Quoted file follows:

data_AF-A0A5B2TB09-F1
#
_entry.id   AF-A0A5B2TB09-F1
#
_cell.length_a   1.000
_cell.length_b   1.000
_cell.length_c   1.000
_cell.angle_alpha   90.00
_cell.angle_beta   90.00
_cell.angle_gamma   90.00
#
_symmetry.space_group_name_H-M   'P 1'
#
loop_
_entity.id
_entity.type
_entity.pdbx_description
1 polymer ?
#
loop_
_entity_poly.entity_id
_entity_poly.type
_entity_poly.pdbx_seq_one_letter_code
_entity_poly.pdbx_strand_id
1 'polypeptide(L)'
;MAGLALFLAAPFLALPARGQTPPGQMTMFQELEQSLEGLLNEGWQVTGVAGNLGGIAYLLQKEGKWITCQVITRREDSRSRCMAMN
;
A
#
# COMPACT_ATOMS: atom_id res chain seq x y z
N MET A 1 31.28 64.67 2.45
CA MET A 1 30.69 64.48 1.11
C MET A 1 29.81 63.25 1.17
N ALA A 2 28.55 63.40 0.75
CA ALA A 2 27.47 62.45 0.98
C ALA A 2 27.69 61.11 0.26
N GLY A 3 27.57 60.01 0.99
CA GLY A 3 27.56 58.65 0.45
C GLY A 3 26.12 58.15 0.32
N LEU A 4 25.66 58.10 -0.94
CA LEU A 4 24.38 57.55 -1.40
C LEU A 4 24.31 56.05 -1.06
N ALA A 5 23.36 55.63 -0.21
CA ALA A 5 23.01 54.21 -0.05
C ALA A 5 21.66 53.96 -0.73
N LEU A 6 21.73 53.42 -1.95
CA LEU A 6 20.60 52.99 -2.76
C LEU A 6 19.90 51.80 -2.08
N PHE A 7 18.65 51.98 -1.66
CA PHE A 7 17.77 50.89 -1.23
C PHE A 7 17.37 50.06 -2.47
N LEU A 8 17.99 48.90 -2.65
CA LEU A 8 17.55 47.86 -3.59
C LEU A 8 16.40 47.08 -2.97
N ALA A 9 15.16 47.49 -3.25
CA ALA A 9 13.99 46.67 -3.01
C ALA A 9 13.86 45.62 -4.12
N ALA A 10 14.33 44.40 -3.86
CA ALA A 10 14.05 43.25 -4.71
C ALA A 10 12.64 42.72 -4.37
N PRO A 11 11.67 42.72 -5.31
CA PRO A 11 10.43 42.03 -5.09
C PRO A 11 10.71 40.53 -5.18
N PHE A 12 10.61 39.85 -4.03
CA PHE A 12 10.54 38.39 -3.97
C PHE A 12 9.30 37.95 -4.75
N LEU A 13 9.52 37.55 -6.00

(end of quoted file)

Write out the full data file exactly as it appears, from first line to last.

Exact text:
data_AF-A0A5B2TB09-F1
#
_entry.id   AF-A0A5B2TB09-F1
#
_cell.length_a   1.000
_cell.length_b   1.000
_cell.length_c   1.000
_cell.angle_alpha   90.00
_cell.angle_beta   90.00
_cell.angle_gamma   90.00
#
_symmetry.space_group_name_H-M   'P 1'
#
loop_
_entity.id
_entity.type
_entity.pdbx_description
1 polymer ?
#
loop_
_entity_poly.entity_id
_entity_poly.type
_entity_poly.pdbx_seq_one_letter_code
_entity_poly.pdbx_strand_id
1 'polypeptide(L)'
;MAGLALFLAAPFLALPARGQTPPGQMTMFQELEQSLEGLLNEGWQVTGVAGNLGGIAYLLQKEGKWITCQVITRREDSRSRCMAMN
;
A
#
# COMPACT_ATOMS: atom_id res chain seq x y z
N MET A 1 31.28 64.67 2.45
CA MET A 1 30.69 64.48 1.11
C MET A 1 29.81 63.25 1.17
N ALA A 2 28.55 63.40 0.75
CA ALA A 2 27.47 62.45 0.98
C ALA A 2 27.69 61.11 0.26
N GLY A 3 27.57 60.01 0.99
CA GLY A 3 27.56 58.65 0.45
C GLY A 3 26.12 58.15 0.32
N LEU A 4 25.66 58.10 -0.94
CA LEU A 4 24.38 57.55 -1.40
C LEU A 4 24.31 56.05 -1.06
N ALA A 5 23.36 55.63 -0.21
CA ALA A 5 23.01 54.21 -0.05
C ALA A 5 21.66 53.96 -0.73
N LEU A 6 21.73 53.42 -1.95
CA LEU A 6 20.60 52.99 -2.76
C LEU A 6 19.90 51.80 -2.08
N PHE A 7 18.65 51.98 -1.66
CA PHE A 7 17.77 50.89 -1.23
C PHE A 7 17.37 50.06 -2.47
N LEU A 8 17.99 48.90 -2.65
CA LEU A 8 17.55 47.86 -3.59
C LEU A 8 16.40 47.08 -2.97
N ALA A 9 15.16 47.49 -3.25
CA ALA A 9 13.99 46.67 -3.01
C ALA A 9 13.86 45.62 -4.12
N ALA A 10 14.33 44.40 -3.86
CA ALA A 10 14.05 43.25 -4.71
C ALA A 10 12.64 42.72 -4.37
N PRO A 11 11.67 42.72 -5.31
CA PRO A 11 10.43 42.03 -5.09
C PRO A 11 10.71 40.53 -5.18
N PHE A 12 10.61 39.85 -4.03
CA PHE A 12 10.54 38.39 -3.97
C PHE A 12 9.30 37.95 -4.75
N LEU A 13 9.52 37.55 -6.00